Zebra mussels produce a tuft of fibers known as a byssus, or byssal threads, from a gland in their foot. The byssus protrudes between the two halves of the shell. These threads attach to hard surfaces with a powerful glue that anchors the mussels in place. Small juveniles, referred to as translocators, can actually break away from their attachments and generate new, buoyant threads that allow them to drift short distances with currents.
Any hard surfaces can be colonized by zebra mussels — rock, metal, wood, vinyl, glass, rubber, fiberglass, paper, plants, and other mussels. Beds of zebra mussels in some areas of Lake Erie contain between 30,000 and 70,000 mussels per square meter. Near water intakes, densities can be as high as 700,000 mussels per square meter.
Zebra mussels can establish regardless of depth or winter temperatures. Colonies grow rapidly wherever oxygen and particulate food is available and water currents are not too swift — generally less than six feet per second. Colonies are rare in wave-washed and ice-scoured zones, except for the sheltered undersides of rocks, nooks and crevices. Zebra mussels avoid bright light so it rare to find them in well sunlit waters. Greatest densities are found at depths ranging from 6 to 45 feet, but can even be found at 100 feet.
Zebra mussels also colonize soft bottoms. Hard objects, such as pieces of native mussel shells and even dead zebra mussel shells, act as a base for settling veligers allowing them to gain footholds even on sandy or muddy bottoms. As a few mussels begin to grow, they form barnacle-like colonies and in this way can form extensive mats of zebra mussel carpets on lake and river bottoms.
Zebra Mussels Harm the Environment
Zebra mussels are filter feeders. They strain water for the food they need. Unwanted food is rejected and bound into mucous pellets called pseudofeces. Vast amounts of pseudofeces in heavily colonized areas provide food for native as well as other aquatic invasive species. Each adult zebra mussel can filter more than one liter of water per day. Most types of phytoplankton, bacteria and some small zooplankton are consumed. Small fish, such as young sportfish or forage fish like minnows, depend on this food for survival and growth. Feeding by zebra mussels can remove so much microscopic plants and animals from the base of the food web that they can starve native fish and wildlife in lakes and rivers.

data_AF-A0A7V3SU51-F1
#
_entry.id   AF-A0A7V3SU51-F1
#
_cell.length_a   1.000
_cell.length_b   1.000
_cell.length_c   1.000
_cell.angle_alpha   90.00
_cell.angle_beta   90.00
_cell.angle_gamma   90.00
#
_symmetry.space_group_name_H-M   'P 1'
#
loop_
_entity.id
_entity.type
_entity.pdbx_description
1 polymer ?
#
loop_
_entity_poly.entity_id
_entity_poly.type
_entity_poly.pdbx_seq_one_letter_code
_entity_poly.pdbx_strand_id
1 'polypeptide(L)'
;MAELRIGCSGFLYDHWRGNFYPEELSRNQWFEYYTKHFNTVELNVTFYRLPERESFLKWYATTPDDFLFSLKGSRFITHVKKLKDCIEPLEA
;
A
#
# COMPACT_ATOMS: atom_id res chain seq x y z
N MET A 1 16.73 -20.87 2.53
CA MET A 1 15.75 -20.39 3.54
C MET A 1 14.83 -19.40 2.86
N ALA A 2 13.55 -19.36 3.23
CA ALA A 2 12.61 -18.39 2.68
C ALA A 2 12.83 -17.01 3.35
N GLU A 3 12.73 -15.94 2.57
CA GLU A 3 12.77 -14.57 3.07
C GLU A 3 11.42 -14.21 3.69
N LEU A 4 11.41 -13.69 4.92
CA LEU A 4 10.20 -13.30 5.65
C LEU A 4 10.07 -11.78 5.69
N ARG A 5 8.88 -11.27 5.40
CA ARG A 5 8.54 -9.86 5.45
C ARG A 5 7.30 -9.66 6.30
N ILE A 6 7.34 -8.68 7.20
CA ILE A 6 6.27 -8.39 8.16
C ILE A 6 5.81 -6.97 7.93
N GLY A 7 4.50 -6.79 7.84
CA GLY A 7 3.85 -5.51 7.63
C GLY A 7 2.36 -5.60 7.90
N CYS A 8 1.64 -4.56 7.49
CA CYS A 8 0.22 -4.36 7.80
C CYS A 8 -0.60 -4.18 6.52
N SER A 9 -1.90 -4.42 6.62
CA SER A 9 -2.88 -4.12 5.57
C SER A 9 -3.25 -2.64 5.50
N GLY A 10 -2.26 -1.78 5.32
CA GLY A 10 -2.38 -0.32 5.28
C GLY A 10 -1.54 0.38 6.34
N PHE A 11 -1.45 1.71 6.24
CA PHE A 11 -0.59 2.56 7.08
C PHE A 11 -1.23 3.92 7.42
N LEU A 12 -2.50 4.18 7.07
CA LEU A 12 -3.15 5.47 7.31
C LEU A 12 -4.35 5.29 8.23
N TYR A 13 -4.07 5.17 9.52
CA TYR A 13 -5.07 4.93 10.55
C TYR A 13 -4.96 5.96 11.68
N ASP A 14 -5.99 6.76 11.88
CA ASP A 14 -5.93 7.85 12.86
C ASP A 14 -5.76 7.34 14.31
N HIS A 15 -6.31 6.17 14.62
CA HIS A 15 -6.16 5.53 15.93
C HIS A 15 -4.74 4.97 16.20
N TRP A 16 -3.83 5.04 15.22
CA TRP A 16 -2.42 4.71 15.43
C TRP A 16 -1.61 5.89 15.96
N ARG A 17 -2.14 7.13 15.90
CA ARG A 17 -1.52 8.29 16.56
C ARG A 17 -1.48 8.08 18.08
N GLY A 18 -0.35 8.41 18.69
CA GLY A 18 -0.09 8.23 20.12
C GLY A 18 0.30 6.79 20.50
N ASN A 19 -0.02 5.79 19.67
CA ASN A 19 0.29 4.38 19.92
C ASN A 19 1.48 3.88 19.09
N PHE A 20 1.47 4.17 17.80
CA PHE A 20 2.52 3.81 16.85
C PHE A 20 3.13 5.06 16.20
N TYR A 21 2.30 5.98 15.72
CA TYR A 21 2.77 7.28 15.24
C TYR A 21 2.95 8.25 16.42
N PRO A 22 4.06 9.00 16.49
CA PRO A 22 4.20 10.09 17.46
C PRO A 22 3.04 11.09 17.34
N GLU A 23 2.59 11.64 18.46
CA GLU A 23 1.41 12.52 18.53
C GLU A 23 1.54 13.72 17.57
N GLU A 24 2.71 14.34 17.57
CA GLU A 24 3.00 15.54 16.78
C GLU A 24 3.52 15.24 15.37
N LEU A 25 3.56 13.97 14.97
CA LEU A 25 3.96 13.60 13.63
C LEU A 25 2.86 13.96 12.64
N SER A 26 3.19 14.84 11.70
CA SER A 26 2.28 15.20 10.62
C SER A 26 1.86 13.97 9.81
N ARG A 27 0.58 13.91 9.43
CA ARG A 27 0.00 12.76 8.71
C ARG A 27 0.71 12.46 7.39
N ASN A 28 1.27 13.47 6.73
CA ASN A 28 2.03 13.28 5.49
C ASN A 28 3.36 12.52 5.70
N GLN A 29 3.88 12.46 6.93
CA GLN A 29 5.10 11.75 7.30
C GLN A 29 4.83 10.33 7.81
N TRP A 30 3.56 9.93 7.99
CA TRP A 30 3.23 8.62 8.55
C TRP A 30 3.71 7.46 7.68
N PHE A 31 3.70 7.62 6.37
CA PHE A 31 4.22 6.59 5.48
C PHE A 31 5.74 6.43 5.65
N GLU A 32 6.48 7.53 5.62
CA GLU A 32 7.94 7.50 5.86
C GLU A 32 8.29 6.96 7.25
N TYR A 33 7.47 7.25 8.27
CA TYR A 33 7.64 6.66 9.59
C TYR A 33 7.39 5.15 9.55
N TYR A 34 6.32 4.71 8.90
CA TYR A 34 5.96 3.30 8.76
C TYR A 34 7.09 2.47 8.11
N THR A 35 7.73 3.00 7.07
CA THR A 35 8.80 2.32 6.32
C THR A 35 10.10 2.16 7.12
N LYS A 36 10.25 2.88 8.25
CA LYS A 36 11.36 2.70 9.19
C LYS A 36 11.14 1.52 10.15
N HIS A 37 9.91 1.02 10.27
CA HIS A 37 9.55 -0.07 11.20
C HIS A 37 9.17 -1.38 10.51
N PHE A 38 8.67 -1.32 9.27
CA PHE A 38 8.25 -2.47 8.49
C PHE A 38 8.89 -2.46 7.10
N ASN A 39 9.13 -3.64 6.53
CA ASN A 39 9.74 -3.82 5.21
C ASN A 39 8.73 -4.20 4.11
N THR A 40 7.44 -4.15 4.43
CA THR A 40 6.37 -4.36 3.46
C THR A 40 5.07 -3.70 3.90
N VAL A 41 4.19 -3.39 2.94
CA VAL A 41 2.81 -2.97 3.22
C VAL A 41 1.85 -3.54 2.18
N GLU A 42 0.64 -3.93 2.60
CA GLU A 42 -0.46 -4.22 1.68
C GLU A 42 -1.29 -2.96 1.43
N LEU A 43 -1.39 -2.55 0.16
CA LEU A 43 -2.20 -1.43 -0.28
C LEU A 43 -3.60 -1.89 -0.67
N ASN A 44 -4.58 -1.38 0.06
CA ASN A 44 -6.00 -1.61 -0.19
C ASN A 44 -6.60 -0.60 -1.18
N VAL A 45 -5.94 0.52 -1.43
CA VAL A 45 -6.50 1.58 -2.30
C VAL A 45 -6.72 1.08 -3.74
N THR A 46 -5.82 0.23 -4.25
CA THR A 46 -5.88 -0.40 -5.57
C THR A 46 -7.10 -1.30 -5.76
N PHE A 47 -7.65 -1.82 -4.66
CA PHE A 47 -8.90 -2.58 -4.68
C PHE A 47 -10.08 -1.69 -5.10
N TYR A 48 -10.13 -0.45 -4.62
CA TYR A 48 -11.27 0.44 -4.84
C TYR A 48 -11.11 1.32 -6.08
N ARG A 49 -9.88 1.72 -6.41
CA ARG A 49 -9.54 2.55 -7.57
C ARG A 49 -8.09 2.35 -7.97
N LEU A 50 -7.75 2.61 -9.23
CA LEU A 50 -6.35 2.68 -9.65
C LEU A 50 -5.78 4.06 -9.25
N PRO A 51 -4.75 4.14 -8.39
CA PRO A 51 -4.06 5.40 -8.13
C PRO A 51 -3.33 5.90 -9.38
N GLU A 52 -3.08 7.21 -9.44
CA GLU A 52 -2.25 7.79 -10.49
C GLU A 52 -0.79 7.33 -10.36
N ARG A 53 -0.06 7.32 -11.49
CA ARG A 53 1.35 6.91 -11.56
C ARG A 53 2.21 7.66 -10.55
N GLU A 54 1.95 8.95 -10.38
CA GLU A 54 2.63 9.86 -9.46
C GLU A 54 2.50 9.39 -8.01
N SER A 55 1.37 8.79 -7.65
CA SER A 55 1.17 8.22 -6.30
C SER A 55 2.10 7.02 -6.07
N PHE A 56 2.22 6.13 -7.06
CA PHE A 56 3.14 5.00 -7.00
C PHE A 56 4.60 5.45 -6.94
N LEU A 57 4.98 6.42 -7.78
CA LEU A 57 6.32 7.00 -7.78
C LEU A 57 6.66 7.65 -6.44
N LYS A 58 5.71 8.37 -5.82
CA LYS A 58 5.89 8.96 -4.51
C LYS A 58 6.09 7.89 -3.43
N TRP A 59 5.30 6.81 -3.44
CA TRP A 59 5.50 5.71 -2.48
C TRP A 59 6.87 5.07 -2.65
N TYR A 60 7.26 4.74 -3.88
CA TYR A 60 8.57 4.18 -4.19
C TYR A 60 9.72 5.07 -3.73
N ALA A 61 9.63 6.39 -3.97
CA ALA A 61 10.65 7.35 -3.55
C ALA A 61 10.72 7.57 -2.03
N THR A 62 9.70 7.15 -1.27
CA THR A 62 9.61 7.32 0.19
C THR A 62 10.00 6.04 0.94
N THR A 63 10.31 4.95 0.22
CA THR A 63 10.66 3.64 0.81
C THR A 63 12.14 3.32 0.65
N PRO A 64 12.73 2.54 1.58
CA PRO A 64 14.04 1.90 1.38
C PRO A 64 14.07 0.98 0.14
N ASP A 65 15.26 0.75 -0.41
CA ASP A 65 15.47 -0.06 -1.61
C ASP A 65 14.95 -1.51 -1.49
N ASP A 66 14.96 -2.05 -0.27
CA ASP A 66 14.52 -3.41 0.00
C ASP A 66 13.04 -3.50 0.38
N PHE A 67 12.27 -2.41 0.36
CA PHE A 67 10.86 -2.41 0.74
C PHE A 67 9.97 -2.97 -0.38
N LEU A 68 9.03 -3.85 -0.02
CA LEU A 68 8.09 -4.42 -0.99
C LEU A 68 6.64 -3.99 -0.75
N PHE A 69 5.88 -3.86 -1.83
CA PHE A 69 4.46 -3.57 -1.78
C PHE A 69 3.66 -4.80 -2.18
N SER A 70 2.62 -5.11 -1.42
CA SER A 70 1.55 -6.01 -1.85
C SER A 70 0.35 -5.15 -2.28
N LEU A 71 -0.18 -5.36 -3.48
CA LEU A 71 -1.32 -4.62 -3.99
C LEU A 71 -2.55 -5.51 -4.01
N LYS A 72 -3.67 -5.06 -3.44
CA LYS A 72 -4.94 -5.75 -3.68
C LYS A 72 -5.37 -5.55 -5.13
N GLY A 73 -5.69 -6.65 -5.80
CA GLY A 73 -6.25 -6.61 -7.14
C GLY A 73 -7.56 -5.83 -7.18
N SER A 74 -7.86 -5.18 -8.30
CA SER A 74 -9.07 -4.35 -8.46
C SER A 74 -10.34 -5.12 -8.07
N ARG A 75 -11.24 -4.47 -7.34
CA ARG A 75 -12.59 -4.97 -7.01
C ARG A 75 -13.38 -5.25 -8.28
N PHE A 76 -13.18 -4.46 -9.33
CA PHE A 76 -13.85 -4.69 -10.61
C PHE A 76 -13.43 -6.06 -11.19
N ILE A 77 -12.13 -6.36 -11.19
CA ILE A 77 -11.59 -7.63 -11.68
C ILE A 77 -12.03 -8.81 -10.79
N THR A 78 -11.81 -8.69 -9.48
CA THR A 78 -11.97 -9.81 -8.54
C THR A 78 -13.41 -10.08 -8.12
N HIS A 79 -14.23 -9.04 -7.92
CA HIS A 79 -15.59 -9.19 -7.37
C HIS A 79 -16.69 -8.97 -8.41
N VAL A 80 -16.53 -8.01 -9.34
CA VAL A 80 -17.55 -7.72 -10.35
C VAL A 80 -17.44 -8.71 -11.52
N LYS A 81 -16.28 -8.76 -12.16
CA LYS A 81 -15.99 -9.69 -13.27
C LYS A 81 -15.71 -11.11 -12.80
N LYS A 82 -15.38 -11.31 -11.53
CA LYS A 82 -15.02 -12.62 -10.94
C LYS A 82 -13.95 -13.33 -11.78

Scientists and boaters now often see great increases in water clarity in inland lakes and rivers like what was seen in Lake Erie between 1989 and 1991. Since sunlight now penetrates deeper and with more intensity, shallow bays are being recolonized by rooted native and sometimes invasive aquatic plants. Often, these aquatic plants are growing more densely and at great depths completely changing the habitat. In the fall, aquatic plants laden with zebra mussels can wash on shore creating disposal issues. Impacts due to greatly increased water clarity has been observed due to zebra mussels in rivers and lakes across the country. Native North American mussels and clams have suffered greatly when they are encrusted with zebra mussels. Sometimes several thousand zebra mussels can be found on a single native mussel. In lakes St. Clair and Erie and in many rivers, zebra mussels have severely reduced populations of native mussels and clams. Some mussel species in the St. Croix River and elsewhere are very rare and are officially listed as endangered. As they spread, zebra mussels threaten the extinction of at least 30 freshwater mussels. Losses of crayfish and snails have been implicated by zebra mussel colonization.
Thirty years ago, the extent of profound impacts due to zebra mussels could not have been predicted. Today, scientists know that zebra mussels can cause increases in toxic blue-green algae, including Microcystis, which produces a poison that causes liver damage when ingested by humans and wildlife. Decaying algae can make waters uninhabitable by causing low levels of dissolved oxygen that result in fish kills. Since 1998, induced algae blooms can trigger botulism type E outbreaks that have killed tens of thousands of loons and other waterfowl.
Zebra Mussels Affect Industry and Recreation